“Do you notice anything different about me?” Seven words guaranteed to strike fear into the heart of an unobservant suitor. But you would think that Bijan Mossavar-Rahmani, the DNO chairman now seeking a “bosom”-y £600m union with Faroe Petroleum, might know how to respond. However, his failure to acknowledge Faroe’s latest assets — or at least pay them the compliment of an enhanced takeover bid — has met with a predictable result. On Thursday, Faroe wrote a long list of reasons why it feels utterly undervalued.
These were contained in a circular spurning DNO’s 152p-a-share cash offer. Chief among them was the fact that Mr Mossavar-Rahmani “ignores” the new oil-producing assets that Faroe gained from Norwegian oil giant Equinor, in a swap deal after DNO’s first approach. And, as is often the case in such rows, the resentment was soon shared with friends. An analyst at Jefferies sympathised with Faroe’s hurt feelings: “‘The EQNR asset swap’ has not led to a revised offer.”
To be fair to Faroe, DNO might at least have said something nice about its new look — and shown it meant it with a change to its 152p offer price. Instead, DNO made an unfortunate remark about Faroe’s assets looking “mature and declining”. Ouch.
So who is in the right, here?
Faroe’s figures certainly look different now: it pointed out that its Equinor assets will lift production by 60 per cent in 2019, generating £96m of incremental cash flow in the next two years. Its supporter at Jefferies reckoned that, even without this positive effect, 152p underestimated the present value of Faroe’s proven and probable oil reserves — and a precedent-based valuation suggested 190p a share. Faroe’s new look was a bargain, too, as it brought tax benefits.
In response, though, DNO said Faroe’s makeover had not exactly won it any new admirers. In fact, when Faroe first showed off its Equinor assets, “the market was as underwhelmed as DNO . . . [the] shares ended the day down 0.1 per cent”. DNO suggested Faroe owed its recent value to DNO’s attentions, and observed it could still pick up Faroe shares for less than its own offer price.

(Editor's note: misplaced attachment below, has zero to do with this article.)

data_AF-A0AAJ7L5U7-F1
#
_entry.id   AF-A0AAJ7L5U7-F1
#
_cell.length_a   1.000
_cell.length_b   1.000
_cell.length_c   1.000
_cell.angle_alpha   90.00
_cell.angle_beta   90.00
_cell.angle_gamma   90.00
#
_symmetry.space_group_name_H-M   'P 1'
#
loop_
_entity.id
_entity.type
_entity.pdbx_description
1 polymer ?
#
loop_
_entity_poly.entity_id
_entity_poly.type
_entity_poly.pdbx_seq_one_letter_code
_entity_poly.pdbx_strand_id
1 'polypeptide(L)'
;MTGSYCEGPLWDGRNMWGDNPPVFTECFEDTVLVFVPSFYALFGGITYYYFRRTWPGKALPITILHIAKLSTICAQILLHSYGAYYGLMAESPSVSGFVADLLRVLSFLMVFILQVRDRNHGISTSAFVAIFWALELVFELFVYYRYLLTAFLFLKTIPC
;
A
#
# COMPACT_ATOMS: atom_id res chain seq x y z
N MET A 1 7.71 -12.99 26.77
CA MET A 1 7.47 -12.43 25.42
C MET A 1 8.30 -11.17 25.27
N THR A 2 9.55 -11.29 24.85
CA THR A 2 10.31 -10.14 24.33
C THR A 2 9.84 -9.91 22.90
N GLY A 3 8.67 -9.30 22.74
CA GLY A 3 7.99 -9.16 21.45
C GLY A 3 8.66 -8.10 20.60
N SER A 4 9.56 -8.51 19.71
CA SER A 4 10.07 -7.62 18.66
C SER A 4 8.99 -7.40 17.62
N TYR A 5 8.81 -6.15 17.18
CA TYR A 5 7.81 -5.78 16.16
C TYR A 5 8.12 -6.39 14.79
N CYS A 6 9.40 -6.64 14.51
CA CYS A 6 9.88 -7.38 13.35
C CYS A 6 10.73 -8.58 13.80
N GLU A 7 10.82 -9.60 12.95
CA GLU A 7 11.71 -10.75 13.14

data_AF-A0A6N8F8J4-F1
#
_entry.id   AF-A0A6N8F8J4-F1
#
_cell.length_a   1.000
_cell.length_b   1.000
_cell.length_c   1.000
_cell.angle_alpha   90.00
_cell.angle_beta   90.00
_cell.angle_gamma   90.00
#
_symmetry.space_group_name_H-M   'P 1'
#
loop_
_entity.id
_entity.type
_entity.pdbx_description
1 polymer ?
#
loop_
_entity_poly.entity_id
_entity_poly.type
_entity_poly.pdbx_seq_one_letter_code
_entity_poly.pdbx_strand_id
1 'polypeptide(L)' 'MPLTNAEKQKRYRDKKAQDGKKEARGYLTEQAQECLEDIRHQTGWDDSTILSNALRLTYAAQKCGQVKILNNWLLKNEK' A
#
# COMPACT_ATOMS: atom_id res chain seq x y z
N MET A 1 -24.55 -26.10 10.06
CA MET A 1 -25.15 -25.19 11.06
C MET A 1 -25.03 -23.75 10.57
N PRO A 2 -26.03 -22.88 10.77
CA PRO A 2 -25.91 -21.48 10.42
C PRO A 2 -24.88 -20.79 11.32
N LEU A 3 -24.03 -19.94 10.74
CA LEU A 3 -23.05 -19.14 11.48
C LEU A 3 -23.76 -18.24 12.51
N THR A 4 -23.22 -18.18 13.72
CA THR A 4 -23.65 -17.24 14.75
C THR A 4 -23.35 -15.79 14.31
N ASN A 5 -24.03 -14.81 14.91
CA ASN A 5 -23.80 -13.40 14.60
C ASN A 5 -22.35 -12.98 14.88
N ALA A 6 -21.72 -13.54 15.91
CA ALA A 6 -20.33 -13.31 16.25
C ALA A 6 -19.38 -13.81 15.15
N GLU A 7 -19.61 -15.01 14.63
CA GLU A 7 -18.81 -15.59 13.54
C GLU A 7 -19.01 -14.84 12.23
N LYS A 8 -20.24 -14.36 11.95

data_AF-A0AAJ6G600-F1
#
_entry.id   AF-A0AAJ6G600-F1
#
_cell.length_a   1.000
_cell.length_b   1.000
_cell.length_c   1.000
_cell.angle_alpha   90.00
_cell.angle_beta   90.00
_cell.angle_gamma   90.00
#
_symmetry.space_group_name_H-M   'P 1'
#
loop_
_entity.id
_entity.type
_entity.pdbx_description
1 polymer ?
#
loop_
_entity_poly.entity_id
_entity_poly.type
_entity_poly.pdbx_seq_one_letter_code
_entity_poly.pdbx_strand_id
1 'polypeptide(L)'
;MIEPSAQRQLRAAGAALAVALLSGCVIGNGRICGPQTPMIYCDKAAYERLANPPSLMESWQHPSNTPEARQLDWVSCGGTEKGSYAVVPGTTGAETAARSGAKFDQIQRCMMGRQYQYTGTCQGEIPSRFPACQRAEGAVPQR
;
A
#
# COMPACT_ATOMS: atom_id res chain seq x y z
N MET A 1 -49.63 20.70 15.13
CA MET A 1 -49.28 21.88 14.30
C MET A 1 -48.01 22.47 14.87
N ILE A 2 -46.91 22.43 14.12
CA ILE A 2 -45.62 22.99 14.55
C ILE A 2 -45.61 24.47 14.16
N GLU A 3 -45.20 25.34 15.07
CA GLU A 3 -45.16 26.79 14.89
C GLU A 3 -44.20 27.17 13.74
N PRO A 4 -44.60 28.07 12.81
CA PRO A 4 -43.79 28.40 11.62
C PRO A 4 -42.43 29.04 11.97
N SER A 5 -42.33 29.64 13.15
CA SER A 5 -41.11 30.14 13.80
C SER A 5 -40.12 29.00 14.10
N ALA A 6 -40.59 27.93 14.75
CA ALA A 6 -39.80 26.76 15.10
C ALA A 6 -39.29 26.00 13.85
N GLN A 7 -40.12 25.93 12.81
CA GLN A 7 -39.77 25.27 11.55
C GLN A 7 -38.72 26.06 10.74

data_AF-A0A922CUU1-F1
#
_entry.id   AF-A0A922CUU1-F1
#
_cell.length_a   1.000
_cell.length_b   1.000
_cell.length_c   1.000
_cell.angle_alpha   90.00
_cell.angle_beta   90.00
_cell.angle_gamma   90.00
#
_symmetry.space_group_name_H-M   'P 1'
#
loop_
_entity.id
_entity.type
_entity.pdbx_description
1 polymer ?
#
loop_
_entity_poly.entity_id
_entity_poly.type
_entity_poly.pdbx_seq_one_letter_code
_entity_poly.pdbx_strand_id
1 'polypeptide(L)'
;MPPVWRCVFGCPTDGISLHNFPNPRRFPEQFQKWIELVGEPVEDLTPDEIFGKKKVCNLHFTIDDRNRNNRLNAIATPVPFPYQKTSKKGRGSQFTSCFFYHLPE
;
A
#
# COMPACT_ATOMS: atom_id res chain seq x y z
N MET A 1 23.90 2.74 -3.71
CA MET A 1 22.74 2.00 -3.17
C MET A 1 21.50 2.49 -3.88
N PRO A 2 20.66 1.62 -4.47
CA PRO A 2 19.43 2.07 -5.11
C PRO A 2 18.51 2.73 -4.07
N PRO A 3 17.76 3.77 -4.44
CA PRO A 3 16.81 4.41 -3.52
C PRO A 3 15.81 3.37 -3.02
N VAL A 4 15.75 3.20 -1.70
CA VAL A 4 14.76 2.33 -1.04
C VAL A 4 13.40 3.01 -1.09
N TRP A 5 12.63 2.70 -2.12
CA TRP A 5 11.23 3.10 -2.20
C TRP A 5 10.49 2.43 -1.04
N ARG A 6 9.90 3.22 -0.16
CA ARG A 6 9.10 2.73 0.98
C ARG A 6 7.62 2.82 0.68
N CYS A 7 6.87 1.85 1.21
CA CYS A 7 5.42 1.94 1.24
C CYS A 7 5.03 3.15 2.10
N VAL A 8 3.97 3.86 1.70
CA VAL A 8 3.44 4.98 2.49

How will it end? Usually, it is the inattentive beau who has to overcompensate — and some say DNO needs to offer Faroe 200p a share. But, with the market denting Faroe’s self esteem, Mr Mossavar-Rahmani might be the one suitor who can answer the “anything different?” question without even looking up from his newspaper.
Aim’s many singularities
In astrophysics, the centre of a black hole is called a singularity, writes Kate Burgess. And, on Thursday, energy supplier Yu Group revealed how astronomical the singularity in its accounts really was: enough to suck it in to a £7m loss. Back in October, it had warned that its invoiced revenues, as well as revenues against invoices not yet sent out, would never materialise. Its shares fell from £6 to £1 then. But a day after it revealed on Wednesday that the Financial Conduct Authority had launched an investigation, Yu added granularity to the singularity.
Now, it thinks it will make an adjusted pre-tax loss of £7m-plus in 2018, having found “material weakness in systems and controls”. Its bill for bad debts and impairments will be £7.4m. It still has cash of £11m, but lower margins on contracts will eat into cash forecasts for the next couple of years. Its shares fell by just over a fifth to 60p.
Yu is just one of a string of scandals on Aim.
The accounts and audit of Redcentric, the IT provider that revealed it had overstated profit and understated net debt, is still under investigation by the Financial Reporting Council and FCA. The FRC is also probing the audit of Conviviality, the booze business that admitted it had over-calculated profits, and collapsed into administration. Then there was Patisserie Holdings, the cake shop chain chaired by entrepreneur Luke Johnson, that shook the market in October when it announced a £40m singularity in its numbers. The Serious Fraud Office has been brought in, and the FRC is asking questions of its auditor.
Specific reasons for the black holes differ. Redcentric’s new bosses blame misapplication of accounting policies, not theft. Costs were capitalised. Supplier payments were delayed — also a theme at Conviviality. Revenues were booked early and cash paid booked late. By contrast, Yu booked revenues from customers it had yet to bill and who might never pay.
Nevertheless, each singularity resonates with the others. All were small fast-growing companies with ambitious management teams that seem not to have checked their cash balances often enough, had poor systems and maybe were a tad optimistic about recognising revenues.
Accounting standard setters have tried to tighten the rules to eliminate over-use of discretion. Aim’s bean-counting brouhahas of 2018 suggest they need to do more.